Can we transform visual- and auditive emotional cues into emoji’s? And if so, can we improve your digital experience by reading between the lines? I think so. This is the pitch I send my colleagues to get them to research the subject.
Please note: This article was written by me, posted on the now defunct Mirabeau.nl, the digital agency I was part of.
Mirabeau constantly researches how digital services can improve the human experience. One of the biggest hurdles in interpreting what a person needs is the ‘you know what I mean’-factor. Although people can say one thing, often times they need, or mean totally something else.
My pitch basically asks: could the recording and ‘reading into’ emotions make digital services more empathetic, efficient and powerful? This pitch is one of the directions I found interesting enough to explore.
The next step to intent detection: combine inputs and experience
One part of the research is to see how we can better detect intent. Although there are some interesting services that try to analyse your intent based on text, I think we need to combine a couple of technologies to make sure ‘we know what you mean’.
So perhaps if we combine facial expressions, gestures and sounds to determine your tone of voice.
Basically we want to see if we can ‘put emoji’s between the lines’ based on your face, voice and gestures, so digital services can better ‘read between the lines’.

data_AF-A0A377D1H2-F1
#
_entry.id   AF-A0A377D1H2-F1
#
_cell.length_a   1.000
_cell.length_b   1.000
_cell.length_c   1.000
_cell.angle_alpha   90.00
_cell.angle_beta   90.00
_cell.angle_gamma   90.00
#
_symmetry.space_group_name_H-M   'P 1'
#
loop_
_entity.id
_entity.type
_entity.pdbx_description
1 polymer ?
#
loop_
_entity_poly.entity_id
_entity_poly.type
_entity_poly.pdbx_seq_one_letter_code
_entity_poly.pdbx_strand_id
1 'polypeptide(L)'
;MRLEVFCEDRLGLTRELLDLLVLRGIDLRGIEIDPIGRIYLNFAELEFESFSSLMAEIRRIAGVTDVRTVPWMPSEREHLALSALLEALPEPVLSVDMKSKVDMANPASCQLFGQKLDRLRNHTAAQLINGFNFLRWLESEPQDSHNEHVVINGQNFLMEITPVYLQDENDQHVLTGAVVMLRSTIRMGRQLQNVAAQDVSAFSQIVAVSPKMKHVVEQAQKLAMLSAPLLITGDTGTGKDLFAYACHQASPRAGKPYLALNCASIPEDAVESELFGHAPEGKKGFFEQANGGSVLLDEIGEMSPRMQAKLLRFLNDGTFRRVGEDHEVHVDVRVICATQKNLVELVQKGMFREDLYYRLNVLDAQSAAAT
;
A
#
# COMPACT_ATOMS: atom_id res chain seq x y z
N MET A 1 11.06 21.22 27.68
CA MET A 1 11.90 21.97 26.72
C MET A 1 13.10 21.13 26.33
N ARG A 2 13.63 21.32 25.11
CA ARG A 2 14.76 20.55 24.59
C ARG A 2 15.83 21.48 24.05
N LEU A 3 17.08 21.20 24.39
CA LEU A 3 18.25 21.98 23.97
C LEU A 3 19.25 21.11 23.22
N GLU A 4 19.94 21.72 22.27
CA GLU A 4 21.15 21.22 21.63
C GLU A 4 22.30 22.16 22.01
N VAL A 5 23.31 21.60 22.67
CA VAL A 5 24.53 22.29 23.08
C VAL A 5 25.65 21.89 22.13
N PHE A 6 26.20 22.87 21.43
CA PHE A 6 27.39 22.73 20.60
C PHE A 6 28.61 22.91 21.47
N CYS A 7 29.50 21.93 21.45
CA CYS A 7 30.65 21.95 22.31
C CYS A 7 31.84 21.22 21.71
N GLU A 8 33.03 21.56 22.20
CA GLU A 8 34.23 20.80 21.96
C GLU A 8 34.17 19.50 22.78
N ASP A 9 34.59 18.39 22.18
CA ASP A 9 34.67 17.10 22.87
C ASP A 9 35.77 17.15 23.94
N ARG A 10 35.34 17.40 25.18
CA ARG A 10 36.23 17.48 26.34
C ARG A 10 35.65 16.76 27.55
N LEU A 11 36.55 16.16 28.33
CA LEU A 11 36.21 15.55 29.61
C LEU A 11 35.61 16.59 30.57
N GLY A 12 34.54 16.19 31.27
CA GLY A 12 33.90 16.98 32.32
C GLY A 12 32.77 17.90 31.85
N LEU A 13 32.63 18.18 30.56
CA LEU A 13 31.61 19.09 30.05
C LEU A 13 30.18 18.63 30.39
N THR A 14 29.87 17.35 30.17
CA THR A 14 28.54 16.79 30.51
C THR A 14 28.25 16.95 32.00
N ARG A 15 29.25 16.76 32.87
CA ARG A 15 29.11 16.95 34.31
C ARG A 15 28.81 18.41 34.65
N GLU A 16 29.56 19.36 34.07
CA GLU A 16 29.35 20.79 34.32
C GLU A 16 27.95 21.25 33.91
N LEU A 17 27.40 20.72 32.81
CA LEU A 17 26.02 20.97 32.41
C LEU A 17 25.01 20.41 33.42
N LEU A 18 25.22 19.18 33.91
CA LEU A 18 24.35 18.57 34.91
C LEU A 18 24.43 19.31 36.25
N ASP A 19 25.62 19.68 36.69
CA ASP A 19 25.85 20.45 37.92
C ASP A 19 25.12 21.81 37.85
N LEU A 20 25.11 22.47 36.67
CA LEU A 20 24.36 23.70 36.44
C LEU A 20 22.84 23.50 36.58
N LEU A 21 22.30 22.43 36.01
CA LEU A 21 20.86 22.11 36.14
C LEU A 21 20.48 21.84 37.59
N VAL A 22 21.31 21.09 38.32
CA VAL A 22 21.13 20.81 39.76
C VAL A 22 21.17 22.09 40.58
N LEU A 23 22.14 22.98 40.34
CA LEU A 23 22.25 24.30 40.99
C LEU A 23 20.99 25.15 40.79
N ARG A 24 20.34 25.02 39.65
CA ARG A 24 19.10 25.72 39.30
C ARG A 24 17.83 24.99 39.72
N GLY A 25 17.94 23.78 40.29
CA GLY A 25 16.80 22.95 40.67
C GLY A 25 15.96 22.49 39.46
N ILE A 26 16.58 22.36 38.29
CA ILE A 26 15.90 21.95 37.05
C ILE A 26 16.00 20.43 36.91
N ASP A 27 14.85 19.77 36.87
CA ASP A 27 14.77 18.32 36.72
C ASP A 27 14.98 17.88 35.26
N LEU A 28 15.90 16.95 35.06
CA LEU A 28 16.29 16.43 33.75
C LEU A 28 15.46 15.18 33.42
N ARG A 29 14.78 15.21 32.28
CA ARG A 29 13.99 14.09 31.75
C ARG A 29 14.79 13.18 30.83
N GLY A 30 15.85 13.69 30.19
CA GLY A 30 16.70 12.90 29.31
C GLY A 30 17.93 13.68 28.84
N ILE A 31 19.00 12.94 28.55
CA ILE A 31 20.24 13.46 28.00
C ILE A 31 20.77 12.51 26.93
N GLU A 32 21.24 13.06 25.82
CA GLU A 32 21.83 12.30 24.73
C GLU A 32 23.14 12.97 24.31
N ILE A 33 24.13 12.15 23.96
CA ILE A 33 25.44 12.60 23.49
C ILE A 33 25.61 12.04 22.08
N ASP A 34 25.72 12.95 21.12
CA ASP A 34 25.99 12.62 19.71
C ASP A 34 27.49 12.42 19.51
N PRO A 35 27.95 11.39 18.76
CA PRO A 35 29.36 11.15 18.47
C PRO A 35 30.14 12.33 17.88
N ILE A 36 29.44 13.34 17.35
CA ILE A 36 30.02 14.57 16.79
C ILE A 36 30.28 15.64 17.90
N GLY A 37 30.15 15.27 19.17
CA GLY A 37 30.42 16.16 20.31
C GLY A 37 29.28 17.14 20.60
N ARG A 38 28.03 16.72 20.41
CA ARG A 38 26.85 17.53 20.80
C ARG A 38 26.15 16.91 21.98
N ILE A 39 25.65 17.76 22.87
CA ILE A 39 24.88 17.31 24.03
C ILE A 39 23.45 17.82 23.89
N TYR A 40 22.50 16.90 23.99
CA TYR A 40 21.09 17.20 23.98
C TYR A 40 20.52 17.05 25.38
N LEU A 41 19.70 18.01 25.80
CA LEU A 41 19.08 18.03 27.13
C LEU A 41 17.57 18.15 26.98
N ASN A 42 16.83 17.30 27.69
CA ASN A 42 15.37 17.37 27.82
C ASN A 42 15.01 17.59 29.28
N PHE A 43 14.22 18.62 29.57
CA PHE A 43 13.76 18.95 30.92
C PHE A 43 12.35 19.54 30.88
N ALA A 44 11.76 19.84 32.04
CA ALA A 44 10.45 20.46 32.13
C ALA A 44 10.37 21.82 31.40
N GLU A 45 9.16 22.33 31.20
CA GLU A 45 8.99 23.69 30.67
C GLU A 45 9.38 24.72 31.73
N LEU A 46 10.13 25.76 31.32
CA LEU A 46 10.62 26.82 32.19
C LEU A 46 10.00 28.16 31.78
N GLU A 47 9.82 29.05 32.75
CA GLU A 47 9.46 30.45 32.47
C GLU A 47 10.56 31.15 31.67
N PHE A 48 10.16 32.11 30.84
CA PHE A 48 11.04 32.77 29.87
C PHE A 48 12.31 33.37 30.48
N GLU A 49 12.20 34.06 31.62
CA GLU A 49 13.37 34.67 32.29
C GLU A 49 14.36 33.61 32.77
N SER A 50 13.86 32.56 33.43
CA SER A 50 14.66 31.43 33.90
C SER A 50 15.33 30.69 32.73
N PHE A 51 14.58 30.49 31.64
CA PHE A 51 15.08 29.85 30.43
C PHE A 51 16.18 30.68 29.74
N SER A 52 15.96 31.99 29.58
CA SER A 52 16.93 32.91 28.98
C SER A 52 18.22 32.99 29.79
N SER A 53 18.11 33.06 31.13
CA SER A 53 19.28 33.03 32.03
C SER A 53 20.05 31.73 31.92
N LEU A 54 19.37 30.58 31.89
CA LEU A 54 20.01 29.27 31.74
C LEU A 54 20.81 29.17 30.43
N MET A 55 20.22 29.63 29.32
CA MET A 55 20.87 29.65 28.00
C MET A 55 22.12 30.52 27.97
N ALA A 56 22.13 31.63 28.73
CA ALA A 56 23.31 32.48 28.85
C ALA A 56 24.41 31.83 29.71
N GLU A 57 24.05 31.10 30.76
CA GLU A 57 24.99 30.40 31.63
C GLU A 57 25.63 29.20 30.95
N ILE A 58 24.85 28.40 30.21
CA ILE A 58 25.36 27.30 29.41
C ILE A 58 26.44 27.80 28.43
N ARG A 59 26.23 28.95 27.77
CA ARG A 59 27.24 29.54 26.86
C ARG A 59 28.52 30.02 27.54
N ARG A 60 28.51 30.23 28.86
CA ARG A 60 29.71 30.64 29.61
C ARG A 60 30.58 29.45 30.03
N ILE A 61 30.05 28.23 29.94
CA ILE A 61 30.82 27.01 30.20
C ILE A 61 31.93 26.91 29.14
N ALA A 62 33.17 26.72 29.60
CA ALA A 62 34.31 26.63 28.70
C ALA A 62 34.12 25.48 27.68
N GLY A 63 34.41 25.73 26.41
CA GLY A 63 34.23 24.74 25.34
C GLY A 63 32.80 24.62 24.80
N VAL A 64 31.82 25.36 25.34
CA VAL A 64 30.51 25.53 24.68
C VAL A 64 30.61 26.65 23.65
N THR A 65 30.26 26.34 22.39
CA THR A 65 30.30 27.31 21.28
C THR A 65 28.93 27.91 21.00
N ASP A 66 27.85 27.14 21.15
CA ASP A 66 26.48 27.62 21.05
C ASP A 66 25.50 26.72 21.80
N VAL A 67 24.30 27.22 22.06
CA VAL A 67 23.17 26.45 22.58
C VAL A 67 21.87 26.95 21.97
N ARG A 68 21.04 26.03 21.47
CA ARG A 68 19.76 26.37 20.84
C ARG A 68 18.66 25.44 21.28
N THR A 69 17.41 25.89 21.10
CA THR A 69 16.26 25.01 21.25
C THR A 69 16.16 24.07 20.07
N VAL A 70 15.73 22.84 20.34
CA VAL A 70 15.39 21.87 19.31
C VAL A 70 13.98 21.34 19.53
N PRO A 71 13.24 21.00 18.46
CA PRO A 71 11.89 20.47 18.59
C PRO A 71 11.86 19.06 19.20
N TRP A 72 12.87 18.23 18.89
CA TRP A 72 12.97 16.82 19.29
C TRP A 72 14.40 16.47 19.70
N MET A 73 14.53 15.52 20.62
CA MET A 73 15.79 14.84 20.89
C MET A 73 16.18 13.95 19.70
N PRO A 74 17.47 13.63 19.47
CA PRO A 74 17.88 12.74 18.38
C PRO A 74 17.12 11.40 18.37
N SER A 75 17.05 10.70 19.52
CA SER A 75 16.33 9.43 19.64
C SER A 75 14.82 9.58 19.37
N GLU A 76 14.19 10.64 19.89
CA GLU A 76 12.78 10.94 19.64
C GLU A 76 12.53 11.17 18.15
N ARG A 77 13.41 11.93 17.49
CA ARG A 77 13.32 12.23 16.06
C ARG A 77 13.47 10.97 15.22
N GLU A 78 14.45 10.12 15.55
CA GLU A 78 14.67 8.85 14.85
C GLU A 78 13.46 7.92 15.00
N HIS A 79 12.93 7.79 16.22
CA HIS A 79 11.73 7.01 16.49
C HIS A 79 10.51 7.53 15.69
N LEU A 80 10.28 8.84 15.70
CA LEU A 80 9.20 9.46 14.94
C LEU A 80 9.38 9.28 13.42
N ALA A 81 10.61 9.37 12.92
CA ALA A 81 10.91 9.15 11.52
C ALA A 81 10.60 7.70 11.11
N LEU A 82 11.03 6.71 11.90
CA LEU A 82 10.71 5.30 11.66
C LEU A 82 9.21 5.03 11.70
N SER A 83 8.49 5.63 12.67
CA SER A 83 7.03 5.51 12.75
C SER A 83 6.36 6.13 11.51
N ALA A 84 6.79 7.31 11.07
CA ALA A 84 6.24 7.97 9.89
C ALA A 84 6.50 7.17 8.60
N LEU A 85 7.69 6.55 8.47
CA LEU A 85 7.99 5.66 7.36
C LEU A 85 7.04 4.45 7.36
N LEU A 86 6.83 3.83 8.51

While we’re at it we probably must also see if we can use machine learning to hone our digital skills to ‘read’ your intent. So there’s an I.A. aspect to this as wel.
Using emoji’s to annotate intent
To interpret emotions we also need a way to record them together with the words we express ourself.
So could emoji’s be the music-score to our lyrics?
Although emoji’s are a cultural outing and might be interpreted in many ways, we think we can use some of them as clear cues to express stress, happiness, jokes, sarcasm anger, excitement or even despair.
Imagine you’re a bit peckish. You’d probably say: “I’m hungry”. A robot build to fulfil your every need would start cooking a full brunch right away, but is that the right response? Well, that depends, right?
Read between the words
You might have meant: “I’m kind of hungry, so I might want to get a cookie in a while”. In an alternative scenario you might have skipped breakfast and are borderline ‘hangry’ (a fierce form of hunger expressed with a lot of curse words).
There’s a big difference between “I’m hungry 😅” and “I’m hungry 😡”.
Emoji’s could be a great way to record your intent ‘between the words’, rather than ‘between the lines’. With this added ‘intent’, machines can help you just like ‘they know what you mean’.
That’s our second part of the research: can we use emoji’s to predict, personalise and help you in a better way?
TL;DR: Let’s see if we can detect emotions, transcribe them to emoji’s and use them to read between the lines to better digital and physical services alike.